Futura Bold/Futura Oblique had its Private Views on 3rd/10th March at The Nunnery Gallery (part of Bow Arts), Bow, East London.  I exhibited in the first show: Futura Bold.  We had split arbitrarily into two groups, Bold was curated by Juan Bolivar and exhibited 30 artists.  The exhibition showed a ranged of work from sculpture, painting, drawing, and installation work.

I exhibited three new pieces, all measuring 57 x 60 cm and using egg tempera on a chalk ground.  The work (as seen below) appeared like a geometric coloured shape on an almost ceramic ground.  I wanted the contrast between the hard ceramic-ness of the chalk with the delicate sheen of the paint.  The shapes appear to hover, almost in an imagined sense.  The shapes make no sense, they reference a space, an architecture impossible to realise.  The are not regular shapes, they are not reality.  

I wanted to create arbitrary and random forms.  I have achieved this by using dice throws to collate random numbers to be used as co-ordinates.  Then using a defined set of rules, I plot my shape in a similar way to a dot-to-dot drawing.

I thought the show had been curated well, but it was not as successful as Oblique for many reasons.  The curator had not taken as many risks as had been hoped for, the show appeared almost too normal.  He had placed works well together and it had a professional gleam to it.  However, this has its advantages and disadvantages; it did not appear as a typical haphazard 'student' show, but it lacked the experimentation and vitality.  It appeared conventional, almost dull.  You could have found a show like this in any other gallery.  Ultimately, it was not unique and it most definitely was not bold.  I don't ever hope for a Futura Weak.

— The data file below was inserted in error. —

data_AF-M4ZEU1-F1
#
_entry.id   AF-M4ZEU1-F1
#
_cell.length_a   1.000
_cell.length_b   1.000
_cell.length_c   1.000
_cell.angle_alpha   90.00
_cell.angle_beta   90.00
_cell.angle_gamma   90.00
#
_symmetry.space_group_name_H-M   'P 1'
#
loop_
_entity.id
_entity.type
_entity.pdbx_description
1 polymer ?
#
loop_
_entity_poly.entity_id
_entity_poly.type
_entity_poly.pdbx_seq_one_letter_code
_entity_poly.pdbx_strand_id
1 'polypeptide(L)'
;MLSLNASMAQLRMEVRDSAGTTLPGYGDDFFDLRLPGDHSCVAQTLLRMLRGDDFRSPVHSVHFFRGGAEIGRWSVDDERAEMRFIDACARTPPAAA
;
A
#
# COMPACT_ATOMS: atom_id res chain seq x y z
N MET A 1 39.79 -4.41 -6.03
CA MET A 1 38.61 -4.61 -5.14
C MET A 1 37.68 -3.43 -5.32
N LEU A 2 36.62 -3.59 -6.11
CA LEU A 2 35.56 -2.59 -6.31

Scott Mason and Jordan Baseman
Critique with David Barrett, Jordan Baseman & Edwina Fitzpatrick 04/03/2011

Fiona Biddington chalk drawings on black paper

9 (Phthalo Blue Graphite), Egg Tempera on Chalk Ground, 57 x 60 cm by Jennifer Letchet

Alexandra March Installation

Kirsten Little Photograph Installation

9 (Phthalo Blue Graphite), Egg Tempera on Chalk Ground, 57 x 60 cm by Jennifer Letchet
4 (Emerald Graphite), Egg Tempera on Chalk Ground, 57 x 60 cm by Jennifer Letchet
9 (Blue Graphite), Egg Tempera on Chalk Ground, 57 x 60 cm by Jennifer Letchet
Ann-Marie James Drawing

Amelia Critchlow pieces

Tuesday, 8 March 2011

Drawing in Code

These are my drawings and paintings from the last few months exploring the use of randomness.  I use the dice to control everything - especially how the form appears.  I do not let my work be guided my intuition or personal taste.